Participatory budgeting is a relatively obscure process that allows residents to vote directly on how public dollars are spent.
While it’s generally used in municipal governments, Cyndi Tercero-Sandoval, the manager of family and community engagement in Arizona’s Phoenix Union High School district, has championed this approach in K-12 to empower students and give them an active role in decisions that shape their schooling experience.
Under participatory budgeting, any student can submit a proposal for how to spend a small chunk of the district’s $150 million budget that goes to their school building. Students vote on their favorite proposals, and principals and the district are then required to implement the top vote-getters.
With Tercero-Sandoval’s leadership, Phoenix Union has become the country’s first school system to take student participatory budgeting districtwide.
Students have brought new filtered-water stations to schools, along with rooms where those feeling stressed can retreat to relax. They’re now wrestling with how to spend $500,000 in school safety funds after the district ended its contract for school safety officers with the Phoenix police department in 2020.
Education Week spoke to Tercero-Sandoval, 53, a 2023 EdWeek Leaders To Learn From honoree, about the process and how schools and districts can put it to work.
The interview has been edited for length and clarity.
How did you introduce and implement participatory budgeting in Phoenix Union?
I learned about [participatory budgeting] from Stanford Prescott, a Phoenix Union board member, who took a class with Daniel Schugurensky [a professor at Arizona State University who specializes in participatory budgeting]. I just thought it’d be such a perfect way to allow students to learn democracy by doing.
I started small, with five campuses, then brought on another five, then 10, and 15.
When you’re taking something that happens in municipalities and putting that into a school day, things were going to look different. It probably was easier for me to do because of my history in the district: I had served on a campus and at the district level. When you are a district administrator, you have a little more authority to make things happen quicker than just a person on a campus.
What was a major challenge you encountered as you began implementing participatory budgeting?
The first year, I didn’t realize [that] as much as we built relationships, there were still some students who kept thinking, “Are they really going to implement what we vote on?” As we started to implement projects, students were like, “You’re really doing it!” They were going along for the ride and they were hoping. Seeing the ballot was another step. But until that first year, when things were being implemented, there was a little bit of a doubt.
A lot of people were frustrated. It was at a time when school budgets were being cut. One person who approached me in a direct way out of anger said, “What are you thinking? This is so irresponsible. We already have cut funding, and you’re giving money to students? What do they know?”
Lots of people would be skeptical that giving students the reins would be productive. How did you counter those concerns?
I share data and talk about the benefits of student agency and connectedness and highlight how participatory budgeting provides students with the opportunity to learn democracy by doing and includes components of project-based learning. After our first year, I have so many success stories that I can share, so that really helps.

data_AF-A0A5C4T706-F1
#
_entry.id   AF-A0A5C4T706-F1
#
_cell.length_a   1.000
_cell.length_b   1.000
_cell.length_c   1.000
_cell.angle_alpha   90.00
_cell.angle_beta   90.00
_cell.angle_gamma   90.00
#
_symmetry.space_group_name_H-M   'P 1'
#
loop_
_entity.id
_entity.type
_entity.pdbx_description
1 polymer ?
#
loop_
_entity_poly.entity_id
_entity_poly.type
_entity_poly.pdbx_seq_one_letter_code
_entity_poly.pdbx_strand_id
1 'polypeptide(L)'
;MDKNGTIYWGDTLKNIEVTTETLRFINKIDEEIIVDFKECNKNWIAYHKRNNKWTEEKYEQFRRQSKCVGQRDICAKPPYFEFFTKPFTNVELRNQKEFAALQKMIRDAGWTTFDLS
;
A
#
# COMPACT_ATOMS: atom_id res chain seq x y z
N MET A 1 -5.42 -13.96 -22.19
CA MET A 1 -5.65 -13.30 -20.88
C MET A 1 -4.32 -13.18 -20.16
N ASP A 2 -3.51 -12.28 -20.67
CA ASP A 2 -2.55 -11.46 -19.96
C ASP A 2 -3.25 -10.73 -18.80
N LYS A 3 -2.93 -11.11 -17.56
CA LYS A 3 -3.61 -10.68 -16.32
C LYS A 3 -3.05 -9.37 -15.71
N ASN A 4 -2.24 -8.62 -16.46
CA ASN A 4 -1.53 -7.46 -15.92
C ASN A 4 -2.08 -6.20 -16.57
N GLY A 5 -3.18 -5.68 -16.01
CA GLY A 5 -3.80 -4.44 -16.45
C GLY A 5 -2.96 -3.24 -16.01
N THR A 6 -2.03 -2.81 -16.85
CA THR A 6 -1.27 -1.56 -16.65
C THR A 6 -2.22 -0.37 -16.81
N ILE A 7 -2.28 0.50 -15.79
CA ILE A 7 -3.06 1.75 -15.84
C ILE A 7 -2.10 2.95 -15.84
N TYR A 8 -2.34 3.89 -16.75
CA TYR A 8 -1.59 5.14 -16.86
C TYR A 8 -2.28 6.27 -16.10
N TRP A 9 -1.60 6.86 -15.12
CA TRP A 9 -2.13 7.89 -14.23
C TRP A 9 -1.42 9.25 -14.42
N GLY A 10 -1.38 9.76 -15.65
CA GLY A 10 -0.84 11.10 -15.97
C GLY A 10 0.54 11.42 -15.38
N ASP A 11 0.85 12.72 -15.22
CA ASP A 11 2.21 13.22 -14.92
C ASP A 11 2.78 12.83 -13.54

There’s this misconception that our stakeholders are only parents and staff. I keep saying: “Students are our primary stakeholders. They’re using our campuses in ways that staff never do.”
One of the most popular projects [in] year one or two were hydration stations. Some folks were like, “We have water fountains.” But a lot of them didn’t work. Our staff didn’t know that because they never went to get a drink out of the fountains.
The students also had amazing ideas about why they needed to be placed in certain ways. The students at Central [High School] wanted one near the athletic field so the community could use it for exercise. They wanted another one at the light-rail station in the front of campus, so anyone riding the light rail or experiencing homelessness could get cold, filtered water.
How did you ensure that your efforts to reach students were succeeding?
Early on, we had schools recruit a group of students to serve as the steering committee. We identified student leaders and brought them in, but I wanted to make sure that we had counselors recommending, club sponsors recommending, also just through announcements and messaging and posters. If we just go to our student government, we are already marginalizing so many students who would want to be involved in this.
There’s this misconception that our stakeholders are only parents and staff. I keep saying, 'Students are our primary stakeholders. They’re using our campuses in ways that staff never do.'
Within the first few weeks of our recruitment strategy, when you’re saying you want to be part of participatory budgeting, the name didn’t really connect with what the work was about. We quickly did a 360 and then changed the recruitment. I just switched that to, “Do you want to have a voice? Do you want to be part of the team that decides what changes?” After the first year, we had no trouble.
I have hosted a few student panels when we were expanding to new campuses to allow staff and students to hear from students themselves. One of our students shared that she had never participated in a club or felt connected to school until she got involved with PB.
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